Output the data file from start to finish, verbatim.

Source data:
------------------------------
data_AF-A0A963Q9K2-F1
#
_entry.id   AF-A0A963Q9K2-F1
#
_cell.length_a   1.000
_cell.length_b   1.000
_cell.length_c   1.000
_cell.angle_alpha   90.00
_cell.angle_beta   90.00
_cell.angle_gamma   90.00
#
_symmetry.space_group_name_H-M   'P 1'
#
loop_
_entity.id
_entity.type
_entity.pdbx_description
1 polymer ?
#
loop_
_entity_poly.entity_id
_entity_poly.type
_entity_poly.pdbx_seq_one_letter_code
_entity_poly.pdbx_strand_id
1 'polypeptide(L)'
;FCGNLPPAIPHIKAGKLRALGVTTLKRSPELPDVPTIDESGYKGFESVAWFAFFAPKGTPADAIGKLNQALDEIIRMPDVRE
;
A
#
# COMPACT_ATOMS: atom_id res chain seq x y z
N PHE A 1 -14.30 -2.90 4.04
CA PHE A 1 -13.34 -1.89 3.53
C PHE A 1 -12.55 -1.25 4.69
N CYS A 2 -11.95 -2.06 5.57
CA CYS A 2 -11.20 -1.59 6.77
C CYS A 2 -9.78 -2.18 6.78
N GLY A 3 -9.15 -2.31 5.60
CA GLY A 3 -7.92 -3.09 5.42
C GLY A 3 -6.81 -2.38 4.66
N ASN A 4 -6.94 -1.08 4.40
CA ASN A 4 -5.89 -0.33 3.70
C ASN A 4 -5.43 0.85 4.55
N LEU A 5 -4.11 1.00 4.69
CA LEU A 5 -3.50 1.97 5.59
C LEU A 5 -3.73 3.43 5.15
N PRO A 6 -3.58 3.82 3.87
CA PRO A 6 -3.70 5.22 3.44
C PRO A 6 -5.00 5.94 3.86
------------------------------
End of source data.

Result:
data_AF-A0A963Q9K2-F1
#
_entry.id   AF-A0A963Q9K2-F1
#
_cell.length_a   1.000
_cell.length_b   1.000
_cell.length_c   1.000
_cell.angle_alpha   90.00
_cell.angle_beta   90.00
_cell.angle_gamma   90.00
#
_symmetry.space_group_name_H-M   'P 1'
#
loop_
_entity.id
_entity.type
_entity.pdbx_description
1 polymer ?
#
loop_
_entity_poly.entity_id
_entity_poly.type
_entity_poly.pdbx_seq_one_letter_code
_entity_poly.pdbx_strand_id
1 'polypeptide(L)'
;FCGNLPPAIPHIKAGKLRALGVTTLKRSPELPDVPTIDESGYKGFESVAWFAFFAPKGTPADAIGKLNQALDEIIRMPDVRE
;
A
#
# COMPACT_ATOMS: atom_id res chain seq x y z
N PHE A 1 -14.30 -2.90 4.04
CA PHE A 1 -13.34 -1.89 3.53
C PHE A 1 -12.55 -1.25 4.69
N CYS A 2 -11.95 -2.06 5.57
CA CYS A 2 -11.20 -1.59 6.77
C CYS A 2 -9.78 -2.18 6.78
N GLY A 3 -9.15 -2.31 5.60
CA GLY A 3 -7.92 -3.09 5.42
C GLY A 3 -6.81 -2.38 4.66
N ASN A 4 -6.94 -1.08 4.40
CA ASN A 4 -5.89 -0.33 3.70
C ASN A 4 -5.43 0.85 4.55
N LEU A 5 -4.11 1.00 4.69
CA LEU A 5 -3.50 1.97 5.59
C LEU A 5 -3.73 3.43 5.15
N PRO A 6 -3.58 3.82 3.87
CA PRO A 6 -3.70 5.22 3.44
C PRO A 6 -5.00 5.94 3.86